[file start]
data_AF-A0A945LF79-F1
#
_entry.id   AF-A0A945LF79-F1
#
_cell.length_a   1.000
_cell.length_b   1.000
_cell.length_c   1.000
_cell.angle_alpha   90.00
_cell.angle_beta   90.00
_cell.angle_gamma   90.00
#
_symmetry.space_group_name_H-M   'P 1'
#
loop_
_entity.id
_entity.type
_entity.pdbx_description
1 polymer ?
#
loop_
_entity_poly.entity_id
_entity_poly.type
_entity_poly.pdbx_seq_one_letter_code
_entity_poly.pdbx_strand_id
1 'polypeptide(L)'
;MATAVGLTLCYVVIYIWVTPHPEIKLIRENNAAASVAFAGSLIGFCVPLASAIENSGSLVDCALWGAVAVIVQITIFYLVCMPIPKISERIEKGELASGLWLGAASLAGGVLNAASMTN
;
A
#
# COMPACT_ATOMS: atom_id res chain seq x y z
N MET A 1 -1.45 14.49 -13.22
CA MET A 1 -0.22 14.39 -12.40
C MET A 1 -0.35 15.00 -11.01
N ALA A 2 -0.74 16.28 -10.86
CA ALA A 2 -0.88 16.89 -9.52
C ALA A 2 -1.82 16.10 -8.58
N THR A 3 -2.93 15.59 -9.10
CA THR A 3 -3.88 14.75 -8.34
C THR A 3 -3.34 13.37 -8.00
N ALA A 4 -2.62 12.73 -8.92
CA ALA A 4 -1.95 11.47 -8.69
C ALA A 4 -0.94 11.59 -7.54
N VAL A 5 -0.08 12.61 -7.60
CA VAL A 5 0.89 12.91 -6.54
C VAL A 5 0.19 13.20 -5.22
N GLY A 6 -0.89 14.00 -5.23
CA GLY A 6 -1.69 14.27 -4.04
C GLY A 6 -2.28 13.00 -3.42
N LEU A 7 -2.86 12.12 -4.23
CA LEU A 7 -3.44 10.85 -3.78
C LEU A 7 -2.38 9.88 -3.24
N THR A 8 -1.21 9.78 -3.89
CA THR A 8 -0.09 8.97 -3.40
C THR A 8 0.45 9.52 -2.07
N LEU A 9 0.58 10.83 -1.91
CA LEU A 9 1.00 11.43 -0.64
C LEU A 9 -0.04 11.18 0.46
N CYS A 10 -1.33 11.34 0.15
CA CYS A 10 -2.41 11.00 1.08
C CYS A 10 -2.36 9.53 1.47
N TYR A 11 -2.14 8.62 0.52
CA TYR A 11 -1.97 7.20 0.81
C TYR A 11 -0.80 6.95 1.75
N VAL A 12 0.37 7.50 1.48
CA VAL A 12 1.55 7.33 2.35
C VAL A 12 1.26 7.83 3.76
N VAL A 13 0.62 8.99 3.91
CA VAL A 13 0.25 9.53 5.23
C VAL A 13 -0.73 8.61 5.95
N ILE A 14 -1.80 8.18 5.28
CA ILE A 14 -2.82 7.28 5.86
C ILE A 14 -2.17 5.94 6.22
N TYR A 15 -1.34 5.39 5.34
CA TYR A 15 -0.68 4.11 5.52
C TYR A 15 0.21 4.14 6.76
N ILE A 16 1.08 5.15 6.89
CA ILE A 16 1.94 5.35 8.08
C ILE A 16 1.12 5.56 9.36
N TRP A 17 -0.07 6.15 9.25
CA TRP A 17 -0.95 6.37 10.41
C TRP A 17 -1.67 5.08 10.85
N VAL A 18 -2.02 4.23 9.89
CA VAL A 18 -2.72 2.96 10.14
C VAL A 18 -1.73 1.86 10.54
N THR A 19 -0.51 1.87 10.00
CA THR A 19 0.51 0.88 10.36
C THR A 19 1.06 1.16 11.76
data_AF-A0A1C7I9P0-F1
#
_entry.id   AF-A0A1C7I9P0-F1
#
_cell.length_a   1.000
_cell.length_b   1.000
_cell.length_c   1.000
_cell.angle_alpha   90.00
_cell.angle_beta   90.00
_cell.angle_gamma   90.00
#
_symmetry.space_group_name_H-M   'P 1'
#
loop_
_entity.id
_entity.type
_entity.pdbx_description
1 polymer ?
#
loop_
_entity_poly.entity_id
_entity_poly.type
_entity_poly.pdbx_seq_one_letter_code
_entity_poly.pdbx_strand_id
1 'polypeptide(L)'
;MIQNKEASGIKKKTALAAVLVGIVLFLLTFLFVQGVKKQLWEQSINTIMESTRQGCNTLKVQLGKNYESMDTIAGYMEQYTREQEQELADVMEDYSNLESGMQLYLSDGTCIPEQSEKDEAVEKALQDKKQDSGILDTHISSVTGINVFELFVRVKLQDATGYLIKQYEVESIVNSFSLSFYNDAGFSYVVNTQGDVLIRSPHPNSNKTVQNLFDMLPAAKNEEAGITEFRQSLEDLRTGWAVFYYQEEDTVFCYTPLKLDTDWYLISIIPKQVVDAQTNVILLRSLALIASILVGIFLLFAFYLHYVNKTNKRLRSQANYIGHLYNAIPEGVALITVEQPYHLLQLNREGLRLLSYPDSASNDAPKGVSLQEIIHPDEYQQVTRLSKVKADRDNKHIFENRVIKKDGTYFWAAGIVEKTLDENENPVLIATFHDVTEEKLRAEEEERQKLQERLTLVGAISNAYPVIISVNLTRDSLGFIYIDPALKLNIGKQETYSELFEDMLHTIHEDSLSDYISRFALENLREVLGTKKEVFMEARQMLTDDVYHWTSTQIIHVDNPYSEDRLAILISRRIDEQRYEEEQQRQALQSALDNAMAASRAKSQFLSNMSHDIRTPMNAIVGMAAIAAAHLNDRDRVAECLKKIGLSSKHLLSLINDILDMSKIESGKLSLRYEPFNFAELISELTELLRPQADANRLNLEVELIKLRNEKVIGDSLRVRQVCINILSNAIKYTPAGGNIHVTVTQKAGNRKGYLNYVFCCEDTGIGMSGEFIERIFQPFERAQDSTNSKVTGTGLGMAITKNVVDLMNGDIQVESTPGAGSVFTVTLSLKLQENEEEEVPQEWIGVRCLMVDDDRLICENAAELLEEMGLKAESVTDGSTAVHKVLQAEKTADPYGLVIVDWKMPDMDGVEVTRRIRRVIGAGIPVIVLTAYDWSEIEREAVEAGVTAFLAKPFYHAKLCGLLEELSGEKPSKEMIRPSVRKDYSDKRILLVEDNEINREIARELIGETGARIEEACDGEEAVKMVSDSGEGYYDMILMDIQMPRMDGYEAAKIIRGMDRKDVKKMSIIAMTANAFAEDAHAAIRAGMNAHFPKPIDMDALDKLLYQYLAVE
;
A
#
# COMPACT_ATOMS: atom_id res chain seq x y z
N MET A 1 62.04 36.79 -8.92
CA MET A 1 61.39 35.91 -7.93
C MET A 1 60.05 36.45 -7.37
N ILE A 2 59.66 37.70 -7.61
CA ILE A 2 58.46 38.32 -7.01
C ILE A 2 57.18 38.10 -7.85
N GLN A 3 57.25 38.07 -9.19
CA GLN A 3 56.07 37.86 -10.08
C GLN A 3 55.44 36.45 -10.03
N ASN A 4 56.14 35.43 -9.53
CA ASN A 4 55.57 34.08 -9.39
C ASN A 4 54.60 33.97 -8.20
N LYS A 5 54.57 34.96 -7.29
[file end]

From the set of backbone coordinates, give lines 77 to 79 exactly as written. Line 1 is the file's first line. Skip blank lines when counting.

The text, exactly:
CA ILE A 16 1.94 5.35 8.08
C ILE A 16 1.12 5.56 9.36
N TRP A 17 -0.07 6.15 9.25